When I left university I took a job immediately, I had been lucky as I had spent a year earning almost nothing as an intern so I was offered a role. On my first day I found that I had not been allocated a desk, there was no one to greet me so I was left for some hours ignored. I happened to snipe about this to another employee at the coffee machine two things happened. The first was that the person I had complained to was my new manager’s wife, and the second was, in his own words, ‘that he would come down on me like a ton of bricks if I crossed him…’

What a great start to a job! I had moved to a new city, and had been at work for less than a morning when I had my first run in with the first style of bad manager. I didn’t stay long enough to find out what Mr Agressive would do next. Bad managers are a major issue. Research from Approved Index shows that more than four in ten employees (42%) state that they have previously quit a job because of a bad manager.

The Dream Type Of Manager

My best manager was a total opposite. A man who had been the head of the UK tax system and was working his retirement running a company I was a very junior and green employee for. I made a stupid mistake, one which cost a lot of time and money and I felt I was going to be sacked without doubt.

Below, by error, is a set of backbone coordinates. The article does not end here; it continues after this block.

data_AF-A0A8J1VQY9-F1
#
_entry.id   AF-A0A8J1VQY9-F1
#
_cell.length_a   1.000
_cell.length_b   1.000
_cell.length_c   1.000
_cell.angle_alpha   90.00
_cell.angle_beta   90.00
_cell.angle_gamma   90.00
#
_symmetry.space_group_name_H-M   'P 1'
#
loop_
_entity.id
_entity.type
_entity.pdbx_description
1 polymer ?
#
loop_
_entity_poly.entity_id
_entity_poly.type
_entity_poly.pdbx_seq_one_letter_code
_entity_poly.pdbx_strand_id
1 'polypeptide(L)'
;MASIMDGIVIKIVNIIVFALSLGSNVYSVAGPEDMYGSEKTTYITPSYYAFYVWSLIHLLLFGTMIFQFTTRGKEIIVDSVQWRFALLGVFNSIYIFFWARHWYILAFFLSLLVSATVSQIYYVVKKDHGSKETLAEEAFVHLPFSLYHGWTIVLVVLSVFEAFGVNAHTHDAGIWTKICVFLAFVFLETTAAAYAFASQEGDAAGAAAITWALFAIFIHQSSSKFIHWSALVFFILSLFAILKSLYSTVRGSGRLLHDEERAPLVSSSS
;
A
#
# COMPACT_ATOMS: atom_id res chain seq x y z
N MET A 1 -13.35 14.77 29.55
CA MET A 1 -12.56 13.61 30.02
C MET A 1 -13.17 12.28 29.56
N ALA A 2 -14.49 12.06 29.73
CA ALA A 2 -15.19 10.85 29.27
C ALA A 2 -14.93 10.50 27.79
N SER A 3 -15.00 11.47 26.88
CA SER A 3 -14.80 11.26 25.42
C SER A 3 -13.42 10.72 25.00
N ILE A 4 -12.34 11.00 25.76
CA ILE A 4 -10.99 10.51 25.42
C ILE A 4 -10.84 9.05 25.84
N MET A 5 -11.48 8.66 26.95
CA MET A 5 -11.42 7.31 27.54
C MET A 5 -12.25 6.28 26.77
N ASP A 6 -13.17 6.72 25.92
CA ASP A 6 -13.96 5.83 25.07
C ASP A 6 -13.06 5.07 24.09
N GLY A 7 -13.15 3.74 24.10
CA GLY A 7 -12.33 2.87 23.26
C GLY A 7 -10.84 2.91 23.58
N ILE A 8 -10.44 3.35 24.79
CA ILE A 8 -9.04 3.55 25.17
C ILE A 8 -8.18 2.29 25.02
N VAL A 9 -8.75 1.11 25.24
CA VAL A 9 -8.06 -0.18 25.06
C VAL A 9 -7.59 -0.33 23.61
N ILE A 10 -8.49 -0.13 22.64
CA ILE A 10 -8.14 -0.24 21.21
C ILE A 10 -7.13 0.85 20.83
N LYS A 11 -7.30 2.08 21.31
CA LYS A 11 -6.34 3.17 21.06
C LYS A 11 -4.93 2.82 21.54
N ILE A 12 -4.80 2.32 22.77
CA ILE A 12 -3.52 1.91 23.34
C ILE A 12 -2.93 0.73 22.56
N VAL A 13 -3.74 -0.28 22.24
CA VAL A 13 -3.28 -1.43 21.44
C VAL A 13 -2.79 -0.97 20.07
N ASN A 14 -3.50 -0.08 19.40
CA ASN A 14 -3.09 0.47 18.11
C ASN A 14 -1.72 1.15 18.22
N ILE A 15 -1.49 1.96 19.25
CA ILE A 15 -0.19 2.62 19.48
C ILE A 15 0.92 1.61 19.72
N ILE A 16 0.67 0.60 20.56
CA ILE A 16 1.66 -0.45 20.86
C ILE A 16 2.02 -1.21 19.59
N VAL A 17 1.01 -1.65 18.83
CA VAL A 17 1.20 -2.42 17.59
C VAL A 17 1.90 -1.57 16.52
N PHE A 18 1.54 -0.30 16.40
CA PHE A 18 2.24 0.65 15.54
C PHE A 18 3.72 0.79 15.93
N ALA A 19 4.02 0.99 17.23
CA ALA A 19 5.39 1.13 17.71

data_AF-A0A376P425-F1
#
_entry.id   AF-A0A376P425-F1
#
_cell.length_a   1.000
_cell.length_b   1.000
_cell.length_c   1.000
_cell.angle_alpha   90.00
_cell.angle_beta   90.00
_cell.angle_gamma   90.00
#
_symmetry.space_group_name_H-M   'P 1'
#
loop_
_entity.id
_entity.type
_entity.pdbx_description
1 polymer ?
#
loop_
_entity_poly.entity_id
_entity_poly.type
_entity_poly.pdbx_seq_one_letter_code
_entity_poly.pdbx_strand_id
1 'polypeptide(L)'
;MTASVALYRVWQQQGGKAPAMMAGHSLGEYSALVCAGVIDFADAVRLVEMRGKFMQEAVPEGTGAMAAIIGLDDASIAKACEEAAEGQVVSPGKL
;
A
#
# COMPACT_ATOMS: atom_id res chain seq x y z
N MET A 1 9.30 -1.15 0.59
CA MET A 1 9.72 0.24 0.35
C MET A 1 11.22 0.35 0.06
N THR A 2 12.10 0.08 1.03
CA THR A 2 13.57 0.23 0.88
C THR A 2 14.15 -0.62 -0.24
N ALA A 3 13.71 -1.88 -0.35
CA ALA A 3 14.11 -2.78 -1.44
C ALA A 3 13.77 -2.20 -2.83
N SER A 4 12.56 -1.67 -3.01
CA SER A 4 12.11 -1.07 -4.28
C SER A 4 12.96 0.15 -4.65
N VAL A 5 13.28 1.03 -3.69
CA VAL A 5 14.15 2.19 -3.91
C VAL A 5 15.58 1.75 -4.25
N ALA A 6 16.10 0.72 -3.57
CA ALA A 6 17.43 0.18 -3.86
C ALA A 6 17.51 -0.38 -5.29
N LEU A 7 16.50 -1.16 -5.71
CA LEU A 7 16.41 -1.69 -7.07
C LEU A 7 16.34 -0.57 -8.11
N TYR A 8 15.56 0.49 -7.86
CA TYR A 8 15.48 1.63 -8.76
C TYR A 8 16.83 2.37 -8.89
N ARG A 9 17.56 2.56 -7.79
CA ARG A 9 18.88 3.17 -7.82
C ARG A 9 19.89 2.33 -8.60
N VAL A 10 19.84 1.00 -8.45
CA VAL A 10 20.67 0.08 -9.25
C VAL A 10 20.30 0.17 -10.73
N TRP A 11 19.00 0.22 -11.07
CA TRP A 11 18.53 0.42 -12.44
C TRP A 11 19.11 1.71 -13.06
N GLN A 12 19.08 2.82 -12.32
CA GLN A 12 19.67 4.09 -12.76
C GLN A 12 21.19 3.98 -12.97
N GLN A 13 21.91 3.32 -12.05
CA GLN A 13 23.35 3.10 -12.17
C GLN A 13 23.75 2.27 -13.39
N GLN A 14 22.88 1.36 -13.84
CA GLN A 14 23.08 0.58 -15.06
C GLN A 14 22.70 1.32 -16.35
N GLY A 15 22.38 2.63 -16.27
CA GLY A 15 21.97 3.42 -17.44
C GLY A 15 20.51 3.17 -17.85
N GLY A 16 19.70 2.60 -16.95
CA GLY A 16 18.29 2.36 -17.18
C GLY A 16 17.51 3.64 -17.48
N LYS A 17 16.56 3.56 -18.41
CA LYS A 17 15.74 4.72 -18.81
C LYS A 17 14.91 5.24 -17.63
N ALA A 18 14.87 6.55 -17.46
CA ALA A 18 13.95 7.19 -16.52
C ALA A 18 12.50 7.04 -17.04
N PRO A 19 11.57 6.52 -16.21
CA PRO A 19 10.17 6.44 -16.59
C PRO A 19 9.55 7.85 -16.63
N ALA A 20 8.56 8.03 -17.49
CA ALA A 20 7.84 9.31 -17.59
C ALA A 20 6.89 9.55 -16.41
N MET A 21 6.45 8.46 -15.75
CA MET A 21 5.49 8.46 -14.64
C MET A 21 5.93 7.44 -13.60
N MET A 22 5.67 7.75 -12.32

I was nervous, beating myself up about what I had done, what would happen. At the end of the day I was called to his office, he had made me wait and I had spent that day talking to other employees, trying to understand where I had gone wrong. It had been a simple mistyped line of code which sent a massive print job out totally wrong. I learn how I should have done it and I fretted.

My boss asked me to step into his office, he asked me to sit down. “Do you know what you did?” I babbled, yes, I had been stupid, I had not double-checked or asked for advice when I was doing something I had not really understood. It was totally my fault. He paused. “Will you do that again?” Of course I told him I would not, I would always double check, ask for help and not try to be so clever when I was not!

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“Okay…”